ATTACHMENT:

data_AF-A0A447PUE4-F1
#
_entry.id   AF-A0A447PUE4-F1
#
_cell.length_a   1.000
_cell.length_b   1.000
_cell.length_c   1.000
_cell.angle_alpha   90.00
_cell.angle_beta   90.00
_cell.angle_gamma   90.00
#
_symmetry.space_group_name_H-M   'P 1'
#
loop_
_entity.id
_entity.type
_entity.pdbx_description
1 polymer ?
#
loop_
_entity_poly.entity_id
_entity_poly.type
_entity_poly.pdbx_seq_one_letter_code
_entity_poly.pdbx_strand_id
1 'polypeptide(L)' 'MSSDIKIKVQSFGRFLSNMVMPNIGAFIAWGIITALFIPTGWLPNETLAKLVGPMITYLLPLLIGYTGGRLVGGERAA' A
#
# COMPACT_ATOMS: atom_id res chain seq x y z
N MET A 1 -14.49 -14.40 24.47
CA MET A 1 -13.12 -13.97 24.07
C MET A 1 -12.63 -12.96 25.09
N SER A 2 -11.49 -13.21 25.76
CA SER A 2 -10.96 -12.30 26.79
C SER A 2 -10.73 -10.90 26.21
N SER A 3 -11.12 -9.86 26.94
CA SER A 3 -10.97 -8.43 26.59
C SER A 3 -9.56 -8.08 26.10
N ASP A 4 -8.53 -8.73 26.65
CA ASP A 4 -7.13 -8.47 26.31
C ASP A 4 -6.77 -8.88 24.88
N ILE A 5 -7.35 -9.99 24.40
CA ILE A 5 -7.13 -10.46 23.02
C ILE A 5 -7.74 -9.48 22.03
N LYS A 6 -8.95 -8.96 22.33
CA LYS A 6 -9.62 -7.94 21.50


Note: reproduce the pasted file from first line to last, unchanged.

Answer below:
data_AF-A0A447PUE4-F1
#
_entry.id   AF-A0A447PUE4-F1
#
_cell.length_a   1.000
_cell.length_b   1.000
_cell.length_c   1.000
_cell.angle_alpha   90.00
_cell.angle_beta   90.00
_cell.angle_gamma   90.00
#
_symmetry.space_group_name_H-M   'P 1'
#
loop_
_entity.id
_entity.type
_entity.pdbx_description
1 polymer ?
#
loop_
_entity_poly.entity_id
_entity_poly.type
_entity_poly.pdbx_seq_one_letter_code
_entity_poly.pdbx_strand_id
1 'polypeptide(L)' 'MSSDIKIKVQSFGRFLSNMVMPNIGAFIAWGIITALFIPTGWLPNETLAKLVGPMITYLLPLLIGYTGGRLVGGERAA' A
#
# COMPACT_ATOMS: atom_id res chain seq x y z
N MET A 1 -14.49 -14.40 24.47
CA MET A 1 -13.12 -13.97 24.07
C MET A 1 -12.63 -12.96 25.09
N SER A 2 -11.49 -13.21 25.76
CA SER A 2 -10.96 -12.30 26.79
C SER A 2 -10.73 -10.90 26.21
N SER A 3 -11.12 -9.86 26.94
CA SER A 3 -10.97 -8.43 26.59
C SER A 3 -9.56 -8.08 26.10
N ASP A 4 -8.53 -8.73 26.65
CA ASP A 4 -7.13 -8.47 26.31
C ASP A 4 -6.77 -8.88 24.88
N ILE A 5 -7.35 -9.99 24.40
CA ILE A 5 -7.13 -10.46 23.02
C ILE A 5 -7.74 -9.48 22.03
N LYS A 6 -8.95 -8.96 22.33
CA LYS A 6 -9.62 -7.94 21.50